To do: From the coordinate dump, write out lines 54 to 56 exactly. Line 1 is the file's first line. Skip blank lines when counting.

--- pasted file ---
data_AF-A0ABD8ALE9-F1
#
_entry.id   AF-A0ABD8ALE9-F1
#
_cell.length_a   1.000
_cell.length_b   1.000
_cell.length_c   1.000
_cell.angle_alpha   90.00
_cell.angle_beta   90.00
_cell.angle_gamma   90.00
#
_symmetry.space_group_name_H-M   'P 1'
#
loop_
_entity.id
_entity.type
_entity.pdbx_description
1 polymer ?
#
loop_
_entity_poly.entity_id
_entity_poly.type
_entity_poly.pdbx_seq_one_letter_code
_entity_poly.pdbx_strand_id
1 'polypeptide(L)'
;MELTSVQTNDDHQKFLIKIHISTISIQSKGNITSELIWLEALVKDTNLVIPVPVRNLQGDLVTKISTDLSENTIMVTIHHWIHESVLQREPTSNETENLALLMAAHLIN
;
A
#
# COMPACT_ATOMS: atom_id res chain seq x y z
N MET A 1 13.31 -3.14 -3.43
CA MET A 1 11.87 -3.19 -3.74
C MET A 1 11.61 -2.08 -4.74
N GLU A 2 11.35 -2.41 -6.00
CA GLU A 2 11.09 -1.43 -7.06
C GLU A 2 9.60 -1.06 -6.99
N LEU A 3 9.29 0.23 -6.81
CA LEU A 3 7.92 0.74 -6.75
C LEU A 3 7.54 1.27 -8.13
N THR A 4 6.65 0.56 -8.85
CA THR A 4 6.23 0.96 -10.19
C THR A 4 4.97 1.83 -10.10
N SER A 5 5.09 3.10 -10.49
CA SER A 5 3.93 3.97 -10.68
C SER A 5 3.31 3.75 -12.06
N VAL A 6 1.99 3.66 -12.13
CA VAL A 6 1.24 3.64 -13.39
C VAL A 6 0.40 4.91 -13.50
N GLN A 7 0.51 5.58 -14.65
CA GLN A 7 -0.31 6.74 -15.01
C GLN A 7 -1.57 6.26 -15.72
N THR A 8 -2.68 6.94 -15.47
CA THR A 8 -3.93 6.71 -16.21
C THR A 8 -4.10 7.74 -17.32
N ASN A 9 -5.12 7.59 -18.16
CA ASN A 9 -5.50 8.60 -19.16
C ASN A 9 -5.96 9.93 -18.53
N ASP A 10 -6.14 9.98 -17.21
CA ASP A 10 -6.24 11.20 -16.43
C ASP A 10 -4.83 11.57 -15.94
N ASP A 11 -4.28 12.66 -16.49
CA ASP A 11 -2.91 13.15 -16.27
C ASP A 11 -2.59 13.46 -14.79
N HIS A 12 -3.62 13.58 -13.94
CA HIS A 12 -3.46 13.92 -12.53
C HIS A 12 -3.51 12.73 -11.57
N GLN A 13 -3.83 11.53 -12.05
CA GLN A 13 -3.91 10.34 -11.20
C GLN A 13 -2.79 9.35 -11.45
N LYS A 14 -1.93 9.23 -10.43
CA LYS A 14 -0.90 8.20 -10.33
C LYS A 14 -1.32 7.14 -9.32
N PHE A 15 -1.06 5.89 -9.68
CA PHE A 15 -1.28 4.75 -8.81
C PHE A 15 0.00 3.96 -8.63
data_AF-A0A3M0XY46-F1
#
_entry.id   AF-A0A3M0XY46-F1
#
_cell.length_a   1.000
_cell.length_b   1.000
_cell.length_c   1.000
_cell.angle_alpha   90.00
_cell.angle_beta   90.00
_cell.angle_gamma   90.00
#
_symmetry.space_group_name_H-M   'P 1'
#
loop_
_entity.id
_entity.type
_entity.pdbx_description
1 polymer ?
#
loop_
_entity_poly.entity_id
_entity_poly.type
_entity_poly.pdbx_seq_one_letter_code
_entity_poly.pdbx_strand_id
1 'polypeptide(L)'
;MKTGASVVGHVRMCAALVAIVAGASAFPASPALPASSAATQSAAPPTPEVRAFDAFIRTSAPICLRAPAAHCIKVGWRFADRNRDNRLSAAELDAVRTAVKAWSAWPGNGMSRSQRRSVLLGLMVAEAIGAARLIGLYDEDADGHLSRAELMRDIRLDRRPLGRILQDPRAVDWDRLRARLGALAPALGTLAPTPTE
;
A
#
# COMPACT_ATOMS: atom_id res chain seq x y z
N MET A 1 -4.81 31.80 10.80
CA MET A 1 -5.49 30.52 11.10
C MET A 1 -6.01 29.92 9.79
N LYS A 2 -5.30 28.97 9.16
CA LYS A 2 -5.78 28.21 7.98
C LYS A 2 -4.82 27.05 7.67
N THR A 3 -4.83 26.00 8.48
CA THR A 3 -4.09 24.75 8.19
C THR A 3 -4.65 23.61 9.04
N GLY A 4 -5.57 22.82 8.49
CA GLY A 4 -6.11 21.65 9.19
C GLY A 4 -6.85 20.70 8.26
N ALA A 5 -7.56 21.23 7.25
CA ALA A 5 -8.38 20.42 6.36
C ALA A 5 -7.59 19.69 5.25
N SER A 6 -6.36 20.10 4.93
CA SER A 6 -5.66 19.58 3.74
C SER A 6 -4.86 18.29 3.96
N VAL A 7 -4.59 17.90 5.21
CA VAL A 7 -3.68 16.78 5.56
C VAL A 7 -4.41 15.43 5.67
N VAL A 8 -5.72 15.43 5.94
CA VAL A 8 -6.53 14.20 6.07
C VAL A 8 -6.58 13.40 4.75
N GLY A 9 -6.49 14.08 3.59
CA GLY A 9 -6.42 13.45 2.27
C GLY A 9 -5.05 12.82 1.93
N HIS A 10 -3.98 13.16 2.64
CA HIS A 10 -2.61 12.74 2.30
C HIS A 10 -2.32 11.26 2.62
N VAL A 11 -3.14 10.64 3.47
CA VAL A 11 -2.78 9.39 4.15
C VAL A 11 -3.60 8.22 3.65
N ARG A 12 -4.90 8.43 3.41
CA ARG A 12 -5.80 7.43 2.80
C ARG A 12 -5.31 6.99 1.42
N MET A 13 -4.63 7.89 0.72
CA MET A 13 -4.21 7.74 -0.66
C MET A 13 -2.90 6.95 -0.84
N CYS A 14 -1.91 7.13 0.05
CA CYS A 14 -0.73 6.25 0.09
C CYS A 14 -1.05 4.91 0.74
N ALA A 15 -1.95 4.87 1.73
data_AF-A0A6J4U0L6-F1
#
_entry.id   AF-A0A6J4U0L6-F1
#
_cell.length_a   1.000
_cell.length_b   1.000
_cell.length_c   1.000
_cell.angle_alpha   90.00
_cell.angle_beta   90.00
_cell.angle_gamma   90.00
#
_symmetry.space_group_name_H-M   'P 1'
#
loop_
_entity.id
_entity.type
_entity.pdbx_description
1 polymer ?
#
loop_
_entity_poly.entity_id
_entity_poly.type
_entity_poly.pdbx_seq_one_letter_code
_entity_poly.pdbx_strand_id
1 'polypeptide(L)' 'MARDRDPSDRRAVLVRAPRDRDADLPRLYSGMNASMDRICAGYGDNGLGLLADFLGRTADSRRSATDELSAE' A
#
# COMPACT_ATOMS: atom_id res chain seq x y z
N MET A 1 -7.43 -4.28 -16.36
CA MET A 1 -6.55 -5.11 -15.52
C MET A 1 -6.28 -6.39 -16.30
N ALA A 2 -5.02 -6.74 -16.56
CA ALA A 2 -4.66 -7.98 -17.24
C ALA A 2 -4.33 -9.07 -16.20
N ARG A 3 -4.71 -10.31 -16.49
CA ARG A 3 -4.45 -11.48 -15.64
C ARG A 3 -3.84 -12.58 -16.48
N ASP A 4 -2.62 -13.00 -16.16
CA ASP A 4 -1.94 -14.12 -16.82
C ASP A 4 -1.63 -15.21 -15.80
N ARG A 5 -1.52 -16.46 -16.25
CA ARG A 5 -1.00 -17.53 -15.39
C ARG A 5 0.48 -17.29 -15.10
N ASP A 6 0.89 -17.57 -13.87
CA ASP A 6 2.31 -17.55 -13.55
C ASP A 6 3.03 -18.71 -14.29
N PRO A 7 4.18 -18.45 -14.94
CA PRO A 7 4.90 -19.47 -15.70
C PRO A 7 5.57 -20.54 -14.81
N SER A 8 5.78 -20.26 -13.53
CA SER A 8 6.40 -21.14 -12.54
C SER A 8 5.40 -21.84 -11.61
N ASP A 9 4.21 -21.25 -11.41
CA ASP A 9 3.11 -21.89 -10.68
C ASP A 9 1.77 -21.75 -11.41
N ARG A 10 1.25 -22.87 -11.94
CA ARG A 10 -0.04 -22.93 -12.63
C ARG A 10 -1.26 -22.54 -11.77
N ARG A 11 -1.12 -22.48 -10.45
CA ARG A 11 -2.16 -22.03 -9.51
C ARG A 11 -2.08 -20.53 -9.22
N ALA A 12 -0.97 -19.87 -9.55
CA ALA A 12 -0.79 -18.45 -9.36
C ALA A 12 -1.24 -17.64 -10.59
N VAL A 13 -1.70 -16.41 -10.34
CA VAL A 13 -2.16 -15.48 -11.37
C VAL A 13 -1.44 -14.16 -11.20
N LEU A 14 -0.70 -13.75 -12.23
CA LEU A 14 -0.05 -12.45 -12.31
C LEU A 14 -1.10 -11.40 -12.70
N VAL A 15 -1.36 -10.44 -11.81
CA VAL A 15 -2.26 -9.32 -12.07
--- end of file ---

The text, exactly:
C THR A 8 -4.10 7.74 -17.32
N ASN A 9 -5.12 7.59 -18.16
CA ASN A 9 -5.50 8.60 -19.16